Top 3 Nutrition Tips PTs can Give their Clients

 

Top 3 Nutrition Tips PTs can Give their Clients

By Dr. Sean M. Wells, DPT, PT, OCS, ATC/L, CSCS, NSCA-CPT, CNPT, Cert-DN

Physical therapists (PTs) are unique healthcare providers that are positioned to have a major impact on the healthcare systems. PTs are now doctorally prepared, trained in differential diagnoses and imaging, and work with clients directly from the street (e.g. direct access). More importantly PTs often see clients sometimes daily or at least several times per week, depending on the client issue and clinical setting. As such, PTs can be utilized as a major agent of change for health and wellness, and one of the ways they can do this is through nutrition!

One major barrier, as we have highlighted in other articles, for PTs to offer nutrition advice is their education. Another limitations for many PTs is time. A PT may ask: how can I juggle all of these clinical pieces, notes, and still talk about nutrition with my clients? Well, our team at Nutritional Physical Therapy would like to offer you 3 evidenced-based nutrition tips that can significantly improve almost any patient’s health and outcomes. Let’s dive in and get started!

#1 Focus on Plants

Unless you’ve been living under a rock the past 2 years, plant-based diets have soared in popularity and efficacy. As I write this article in late April of 2019, 4 studies were just published this week alone on the benefits of whole-food, plant-based diets and their health improvements. The one study showed that a whole-food plant based diet reverses many of the issues with congestive heart failure (CHF). Can you imagine telling a patient to eat more plants, less meat and animal products, and suddenly they have more endurance and less hospital readmissions? How perfect!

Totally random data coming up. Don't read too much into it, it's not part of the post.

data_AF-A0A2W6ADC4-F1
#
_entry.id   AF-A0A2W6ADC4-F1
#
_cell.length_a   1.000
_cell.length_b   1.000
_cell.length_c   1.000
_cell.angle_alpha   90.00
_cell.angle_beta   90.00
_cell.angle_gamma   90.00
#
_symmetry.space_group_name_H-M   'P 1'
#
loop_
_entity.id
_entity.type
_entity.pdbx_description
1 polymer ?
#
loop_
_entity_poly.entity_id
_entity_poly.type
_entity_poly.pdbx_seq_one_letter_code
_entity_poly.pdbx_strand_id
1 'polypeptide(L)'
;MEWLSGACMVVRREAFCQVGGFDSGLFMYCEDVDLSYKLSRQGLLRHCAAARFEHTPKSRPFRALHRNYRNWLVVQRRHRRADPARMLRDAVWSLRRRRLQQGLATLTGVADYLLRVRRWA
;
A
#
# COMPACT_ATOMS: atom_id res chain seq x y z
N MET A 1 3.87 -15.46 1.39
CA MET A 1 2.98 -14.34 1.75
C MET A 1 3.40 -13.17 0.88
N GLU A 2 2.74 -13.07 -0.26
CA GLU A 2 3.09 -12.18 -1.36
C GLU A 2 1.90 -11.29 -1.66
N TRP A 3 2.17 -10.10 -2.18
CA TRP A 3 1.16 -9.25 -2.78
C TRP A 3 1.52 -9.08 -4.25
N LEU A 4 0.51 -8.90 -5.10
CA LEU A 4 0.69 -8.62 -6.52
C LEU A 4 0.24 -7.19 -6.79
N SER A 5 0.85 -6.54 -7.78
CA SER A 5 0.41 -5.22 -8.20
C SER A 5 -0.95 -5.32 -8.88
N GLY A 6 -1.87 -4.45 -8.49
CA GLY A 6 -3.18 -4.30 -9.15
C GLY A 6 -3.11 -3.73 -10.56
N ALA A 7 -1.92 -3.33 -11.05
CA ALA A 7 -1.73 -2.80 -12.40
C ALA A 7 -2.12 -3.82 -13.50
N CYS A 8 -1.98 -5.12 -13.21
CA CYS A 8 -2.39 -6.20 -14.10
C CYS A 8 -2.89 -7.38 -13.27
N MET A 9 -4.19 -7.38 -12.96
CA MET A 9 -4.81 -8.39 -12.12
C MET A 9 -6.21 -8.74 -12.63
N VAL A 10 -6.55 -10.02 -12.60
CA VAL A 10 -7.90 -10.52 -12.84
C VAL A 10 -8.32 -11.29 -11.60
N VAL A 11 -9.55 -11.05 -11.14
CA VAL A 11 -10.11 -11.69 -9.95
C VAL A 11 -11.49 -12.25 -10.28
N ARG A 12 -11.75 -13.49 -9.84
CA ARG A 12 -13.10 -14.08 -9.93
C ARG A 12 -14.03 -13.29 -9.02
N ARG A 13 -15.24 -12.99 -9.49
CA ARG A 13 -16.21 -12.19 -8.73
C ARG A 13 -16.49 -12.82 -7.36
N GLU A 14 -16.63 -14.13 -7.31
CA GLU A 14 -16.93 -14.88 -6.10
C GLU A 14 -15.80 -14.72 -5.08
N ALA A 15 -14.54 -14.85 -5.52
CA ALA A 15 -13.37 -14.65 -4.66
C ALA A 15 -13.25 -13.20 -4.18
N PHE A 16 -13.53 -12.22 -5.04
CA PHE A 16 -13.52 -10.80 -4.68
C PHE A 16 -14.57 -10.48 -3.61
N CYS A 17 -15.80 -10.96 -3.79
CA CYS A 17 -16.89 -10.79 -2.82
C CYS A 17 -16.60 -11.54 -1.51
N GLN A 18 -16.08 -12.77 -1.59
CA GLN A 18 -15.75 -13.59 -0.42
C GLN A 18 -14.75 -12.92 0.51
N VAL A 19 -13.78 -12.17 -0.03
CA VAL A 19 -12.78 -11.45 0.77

How about just keeping your patients alive? A recent study out of Finland highlighted how a diet focused on animal protein (meat, dairy, fish) increases the odds of men dying significantly. Those eating more animal products were 23% more likely to die than those that stuck with eating plant-based protein, fruits, and vegetables. Now that is powerful!

You might argue that keeping someone alive is not a “physical therapy” related outcome. Some foods can be “functional foods” which confer a positive benefit to the physiological function of the body. For instance, did you know that blueberries can improve balance? How about the fact that  cherries can reduce inflammation after a hard workout? Studies covering functional foods and more are covered in our third course, Specialized Nutrition for PTs. Bottomline, fruit and vegetables are functional and can improve your patient’s functional outcomes.

#2 Drink More Water and Tea

Water is the best source for hydration. Basic tap water or reverse osmosis water from the tap is ideal. Most bottled water is tap water, or it is unregulated (e.g. not screened for toxins and pollutants). Plus drinking from a plastic bottle may expose you to harmful hormone-interrupting chemicals.